India’s first known photographer king — Maharaja Sawai Ram Singh II

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September 01, 2019 2:16 AM

Rare reproductions from the archive of the City Palace Museum, Jaipur, reveal Maharaja Sawai Ram Singh II’s early engagement with photography as India’s first known photographer king

the selfie king, Maharaja Sawai Ram Singh II, Raja Deen Dayal, Maharaja Sawai Ram Singh II photos, Jawahar Kala Kendra, City Palace, jaipur, photographer kingThe Maharaja’s early engagement with photography as India’s first known photographer king is the most unexpected in this new selection.

The fact that a mid-19th century Maharaja of Jaipur – Maharaja Sawai Ram Singh II (r. 1835-1880) was one of India’s pioneering photographers, is something that was well known in his lifetime. It was later forgotten, only to be rediscovered about 100 years after his death, in the 1980s. Since then various specialists on the history of photography have looked at his work, but it is still not very widely known among the general public. Many people, for example, have heard of Raja Deen Dayal. By comparison, Sawai Ram Singh’s work is still obscure.

Maharaja’s self-portrait with folded arms

Maharaja Sawai Ram Singh II was a real selfie-lover of his times, often presenting a visual autobiography, interspersed with snapshots of the world he saw: people, the city of Jaipur, women in the zenana section of his household, member of the royal household, wrestlers in an akhara and more. The Maharaja’s early engagement with photography as India’s first known photographer king is the most unexpected in this new selection. His work as a copyist, a photophile constantly testing his skill with reprography and emulation, is apparent in the quality of his portraiture and cityscape.

Unidentified woman of the zenana, The Dreamer 4 by Nandan Ghiya

Emanating from the city of origin, a manifestation of this exhibition was mounted at Charles Correa, Jawahar Kala Kendra in Jaipur, in February this year. Some of the rare reproductions from the archive of the City Palace Museum, Jaipur, have come to the national capital in an exhibition titled, A Reflective Oeuvre. “We used the momentum generated in Jaipur, in a way, to pay homage to the city before coming to Delhi,” says Rahaab Allana, co-curator of the show, along with Giles Tillotson and Mrinalini Venkateswaran, in association with The Alkazi Foundation for the Arts at the Art Heritage Gallery.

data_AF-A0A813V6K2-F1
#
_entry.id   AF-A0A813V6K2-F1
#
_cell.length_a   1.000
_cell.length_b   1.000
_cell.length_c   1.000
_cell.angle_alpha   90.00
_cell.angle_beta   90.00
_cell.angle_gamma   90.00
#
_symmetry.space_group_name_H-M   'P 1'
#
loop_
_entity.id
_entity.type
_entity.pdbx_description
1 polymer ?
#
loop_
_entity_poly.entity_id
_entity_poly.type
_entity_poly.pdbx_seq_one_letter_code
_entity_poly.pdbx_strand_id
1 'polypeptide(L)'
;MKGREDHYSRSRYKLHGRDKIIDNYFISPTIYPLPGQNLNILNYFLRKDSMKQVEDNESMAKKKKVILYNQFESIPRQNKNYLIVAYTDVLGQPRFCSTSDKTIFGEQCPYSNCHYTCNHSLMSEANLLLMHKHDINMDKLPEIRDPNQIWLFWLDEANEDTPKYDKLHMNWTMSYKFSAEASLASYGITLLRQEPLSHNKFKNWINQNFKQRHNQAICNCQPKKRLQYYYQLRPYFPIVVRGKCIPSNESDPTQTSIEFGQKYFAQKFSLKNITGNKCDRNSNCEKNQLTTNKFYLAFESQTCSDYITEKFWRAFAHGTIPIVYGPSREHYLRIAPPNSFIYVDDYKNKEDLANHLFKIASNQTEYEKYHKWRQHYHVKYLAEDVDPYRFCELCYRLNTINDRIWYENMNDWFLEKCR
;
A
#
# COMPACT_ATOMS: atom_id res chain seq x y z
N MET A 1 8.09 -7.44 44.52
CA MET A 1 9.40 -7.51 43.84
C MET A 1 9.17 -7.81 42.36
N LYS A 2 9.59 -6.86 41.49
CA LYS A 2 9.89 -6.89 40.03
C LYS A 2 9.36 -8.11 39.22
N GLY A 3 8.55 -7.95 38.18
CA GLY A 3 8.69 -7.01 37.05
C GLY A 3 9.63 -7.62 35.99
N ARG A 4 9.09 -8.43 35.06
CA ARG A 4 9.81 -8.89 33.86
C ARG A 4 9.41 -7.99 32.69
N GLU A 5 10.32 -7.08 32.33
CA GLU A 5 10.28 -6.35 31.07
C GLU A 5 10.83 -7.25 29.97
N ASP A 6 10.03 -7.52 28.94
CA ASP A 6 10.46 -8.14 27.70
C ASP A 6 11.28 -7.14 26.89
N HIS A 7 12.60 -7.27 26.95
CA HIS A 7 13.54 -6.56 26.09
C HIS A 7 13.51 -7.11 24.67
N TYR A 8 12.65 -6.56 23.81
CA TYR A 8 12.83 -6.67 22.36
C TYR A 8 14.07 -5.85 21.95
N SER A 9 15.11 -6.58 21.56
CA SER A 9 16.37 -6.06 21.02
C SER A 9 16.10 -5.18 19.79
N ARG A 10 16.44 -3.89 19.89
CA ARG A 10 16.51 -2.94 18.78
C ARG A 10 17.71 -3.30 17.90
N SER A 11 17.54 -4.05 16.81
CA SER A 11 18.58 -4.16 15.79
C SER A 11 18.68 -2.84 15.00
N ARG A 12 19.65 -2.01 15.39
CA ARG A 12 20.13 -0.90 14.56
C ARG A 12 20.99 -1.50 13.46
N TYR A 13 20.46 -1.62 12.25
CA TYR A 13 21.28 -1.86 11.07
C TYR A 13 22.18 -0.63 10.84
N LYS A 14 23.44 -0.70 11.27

Westlers in an akhara

The exhibition, on till September 18, is an ambitious project containing over 120 works by Sawai Ram Singh. “This landmark exhibition should be able to establish the reputation of Sawai Ram Singh as one of India’s major artists in the medium of photography,” says Giles Tillotson, who is also the consultant director of the City Palace Museum in Jaipur.

As a pioneering photographer, the Maharaja’s wealth of material from his studio and collection is part of learning and understanding the medium to know more about him and his photographic practice—and through that, about photography in nineteenth century India. “We have included images that are not necessarily ‘pretty’ but convey something about the photographic process. In our ‘digital age’ we forget the physicality of the photographic process, how easily a picture could be ruined. So we wanted to include images that we thought might offer hints about Sawai Ram Singh’s aesthetic vision and ideas—his experiments—as much as the finished products that testify to his abilities as a photographer,” shares Mrinalini Venkateswaran, museum consultant at the City Palace in Jaipur.

Another striking feature of the exhibition is the re-composed vintage works by Jaipur-based contemporary artist Nandan Ghiya. The images hold a repertoire of portraiture and urban documentation from the late nineteenth century through an interesting dialogue with contemporary photography, art and montages depicting the idea of identity and motives of digital culture. Some of his works have pixelated faces of the 19th century people that question the fluid identity of today’s world as much as history. Some have a perspective of history in a very analogical manner, some are self-reflective through discarded vintage photographs.

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